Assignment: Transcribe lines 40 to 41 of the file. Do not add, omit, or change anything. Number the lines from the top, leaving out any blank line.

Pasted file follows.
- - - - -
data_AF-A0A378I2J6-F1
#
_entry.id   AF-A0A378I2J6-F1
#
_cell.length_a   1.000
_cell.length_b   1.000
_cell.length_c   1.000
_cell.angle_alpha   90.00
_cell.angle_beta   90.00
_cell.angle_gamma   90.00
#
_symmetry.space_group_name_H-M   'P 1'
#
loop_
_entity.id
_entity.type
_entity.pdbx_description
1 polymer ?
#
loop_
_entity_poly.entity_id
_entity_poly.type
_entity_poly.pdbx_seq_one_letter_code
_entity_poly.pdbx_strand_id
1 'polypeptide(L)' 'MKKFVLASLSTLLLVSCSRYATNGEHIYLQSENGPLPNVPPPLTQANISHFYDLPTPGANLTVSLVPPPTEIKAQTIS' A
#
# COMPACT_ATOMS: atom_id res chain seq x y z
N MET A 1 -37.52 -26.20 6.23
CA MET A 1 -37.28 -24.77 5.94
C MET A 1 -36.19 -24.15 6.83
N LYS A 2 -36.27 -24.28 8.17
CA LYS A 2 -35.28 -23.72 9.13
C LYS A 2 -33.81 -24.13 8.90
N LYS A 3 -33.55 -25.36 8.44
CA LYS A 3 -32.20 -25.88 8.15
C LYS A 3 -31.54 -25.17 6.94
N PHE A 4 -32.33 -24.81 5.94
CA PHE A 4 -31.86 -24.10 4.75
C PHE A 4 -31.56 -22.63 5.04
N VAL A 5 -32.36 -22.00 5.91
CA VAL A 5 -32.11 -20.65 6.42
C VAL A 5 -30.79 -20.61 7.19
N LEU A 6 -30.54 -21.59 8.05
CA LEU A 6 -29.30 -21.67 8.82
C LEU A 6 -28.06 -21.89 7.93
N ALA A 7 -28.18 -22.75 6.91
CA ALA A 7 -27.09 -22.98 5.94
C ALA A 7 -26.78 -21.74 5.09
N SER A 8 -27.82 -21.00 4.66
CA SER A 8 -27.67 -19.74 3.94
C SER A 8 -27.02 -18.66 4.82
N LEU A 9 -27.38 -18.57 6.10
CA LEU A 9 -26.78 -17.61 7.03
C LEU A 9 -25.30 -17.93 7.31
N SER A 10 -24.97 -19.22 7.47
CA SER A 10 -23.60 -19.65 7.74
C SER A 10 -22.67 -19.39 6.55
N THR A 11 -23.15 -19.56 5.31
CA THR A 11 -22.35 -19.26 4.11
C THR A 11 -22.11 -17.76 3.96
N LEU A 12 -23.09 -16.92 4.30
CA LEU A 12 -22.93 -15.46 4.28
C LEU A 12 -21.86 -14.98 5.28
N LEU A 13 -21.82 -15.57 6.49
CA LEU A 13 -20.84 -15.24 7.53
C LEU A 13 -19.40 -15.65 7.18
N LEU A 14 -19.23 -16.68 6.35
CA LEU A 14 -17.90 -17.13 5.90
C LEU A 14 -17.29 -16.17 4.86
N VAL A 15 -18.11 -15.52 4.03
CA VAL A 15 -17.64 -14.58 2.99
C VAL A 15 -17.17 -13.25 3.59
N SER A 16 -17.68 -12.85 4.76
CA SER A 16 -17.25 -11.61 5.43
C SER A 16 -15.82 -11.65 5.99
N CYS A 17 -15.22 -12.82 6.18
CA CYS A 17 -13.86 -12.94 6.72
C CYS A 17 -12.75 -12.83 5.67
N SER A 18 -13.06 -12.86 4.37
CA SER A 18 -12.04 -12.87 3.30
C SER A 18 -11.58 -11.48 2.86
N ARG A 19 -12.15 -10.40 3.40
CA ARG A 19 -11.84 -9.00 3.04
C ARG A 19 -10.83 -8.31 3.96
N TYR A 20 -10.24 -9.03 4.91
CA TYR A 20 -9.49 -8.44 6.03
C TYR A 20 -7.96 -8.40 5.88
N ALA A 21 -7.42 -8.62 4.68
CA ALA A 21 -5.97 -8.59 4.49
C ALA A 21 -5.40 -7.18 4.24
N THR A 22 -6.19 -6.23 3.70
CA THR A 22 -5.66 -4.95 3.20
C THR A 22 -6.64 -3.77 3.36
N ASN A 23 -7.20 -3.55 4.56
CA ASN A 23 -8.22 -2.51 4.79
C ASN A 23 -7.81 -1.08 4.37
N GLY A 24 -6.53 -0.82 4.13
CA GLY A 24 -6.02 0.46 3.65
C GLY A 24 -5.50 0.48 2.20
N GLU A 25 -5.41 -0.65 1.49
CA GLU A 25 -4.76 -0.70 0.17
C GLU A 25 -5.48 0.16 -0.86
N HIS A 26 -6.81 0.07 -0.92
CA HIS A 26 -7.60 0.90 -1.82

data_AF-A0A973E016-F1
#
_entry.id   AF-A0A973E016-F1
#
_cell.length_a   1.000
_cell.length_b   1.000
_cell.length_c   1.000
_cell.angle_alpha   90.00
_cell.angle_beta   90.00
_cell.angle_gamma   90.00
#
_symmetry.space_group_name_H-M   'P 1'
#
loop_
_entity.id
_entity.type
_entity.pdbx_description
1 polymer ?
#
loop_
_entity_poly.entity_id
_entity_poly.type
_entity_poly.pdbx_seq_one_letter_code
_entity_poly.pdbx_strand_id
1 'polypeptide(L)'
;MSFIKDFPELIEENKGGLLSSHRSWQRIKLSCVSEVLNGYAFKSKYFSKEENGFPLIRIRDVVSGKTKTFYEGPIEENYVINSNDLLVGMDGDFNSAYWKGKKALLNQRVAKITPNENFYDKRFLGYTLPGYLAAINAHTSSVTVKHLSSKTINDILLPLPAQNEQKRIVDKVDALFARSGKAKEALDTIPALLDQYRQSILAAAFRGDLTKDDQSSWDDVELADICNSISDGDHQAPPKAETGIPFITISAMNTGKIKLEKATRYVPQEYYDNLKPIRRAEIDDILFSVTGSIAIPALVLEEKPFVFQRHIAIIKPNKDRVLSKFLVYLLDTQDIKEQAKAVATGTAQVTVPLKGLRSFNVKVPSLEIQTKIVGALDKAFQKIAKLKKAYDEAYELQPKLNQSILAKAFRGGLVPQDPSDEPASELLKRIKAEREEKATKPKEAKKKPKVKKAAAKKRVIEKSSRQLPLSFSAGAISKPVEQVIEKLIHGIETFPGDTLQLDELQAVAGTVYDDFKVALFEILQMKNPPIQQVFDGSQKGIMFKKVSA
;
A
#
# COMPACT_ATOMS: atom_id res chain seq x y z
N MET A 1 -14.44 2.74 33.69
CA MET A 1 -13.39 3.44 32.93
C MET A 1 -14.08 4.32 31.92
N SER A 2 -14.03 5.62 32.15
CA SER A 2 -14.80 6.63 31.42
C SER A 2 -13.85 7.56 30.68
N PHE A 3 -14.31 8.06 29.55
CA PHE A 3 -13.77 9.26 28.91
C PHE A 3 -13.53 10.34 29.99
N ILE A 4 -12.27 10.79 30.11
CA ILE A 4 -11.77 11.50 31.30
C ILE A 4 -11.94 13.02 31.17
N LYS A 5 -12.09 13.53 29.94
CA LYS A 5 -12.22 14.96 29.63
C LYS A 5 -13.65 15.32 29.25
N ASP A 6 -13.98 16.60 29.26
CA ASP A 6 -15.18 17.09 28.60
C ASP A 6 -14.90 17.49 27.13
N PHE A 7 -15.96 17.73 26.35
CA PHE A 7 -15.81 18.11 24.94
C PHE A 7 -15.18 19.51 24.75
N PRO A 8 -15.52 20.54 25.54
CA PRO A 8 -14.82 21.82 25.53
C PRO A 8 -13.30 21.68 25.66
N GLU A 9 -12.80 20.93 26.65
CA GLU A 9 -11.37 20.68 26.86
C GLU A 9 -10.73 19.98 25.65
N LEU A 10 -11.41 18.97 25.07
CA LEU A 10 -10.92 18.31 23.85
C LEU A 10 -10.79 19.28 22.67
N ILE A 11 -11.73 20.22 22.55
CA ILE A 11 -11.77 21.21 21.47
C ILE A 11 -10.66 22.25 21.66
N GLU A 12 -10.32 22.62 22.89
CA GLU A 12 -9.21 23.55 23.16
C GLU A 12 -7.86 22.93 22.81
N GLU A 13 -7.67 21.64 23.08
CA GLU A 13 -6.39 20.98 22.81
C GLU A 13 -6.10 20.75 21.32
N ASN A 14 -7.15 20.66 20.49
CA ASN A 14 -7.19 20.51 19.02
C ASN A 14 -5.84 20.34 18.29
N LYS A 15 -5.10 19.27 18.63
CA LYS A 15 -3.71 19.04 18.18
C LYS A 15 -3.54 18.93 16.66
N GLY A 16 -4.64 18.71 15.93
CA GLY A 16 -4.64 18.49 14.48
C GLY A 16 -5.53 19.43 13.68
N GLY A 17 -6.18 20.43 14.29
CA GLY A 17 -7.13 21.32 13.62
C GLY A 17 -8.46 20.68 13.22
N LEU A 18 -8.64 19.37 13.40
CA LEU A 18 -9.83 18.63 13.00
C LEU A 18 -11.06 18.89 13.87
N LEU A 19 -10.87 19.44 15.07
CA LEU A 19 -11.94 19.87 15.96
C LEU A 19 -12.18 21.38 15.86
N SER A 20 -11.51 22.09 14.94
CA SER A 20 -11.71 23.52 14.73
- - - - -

N VAL A 5 -32.36 -22.00 5.91
CA VAL A 5 -32.11 -20.65 6.42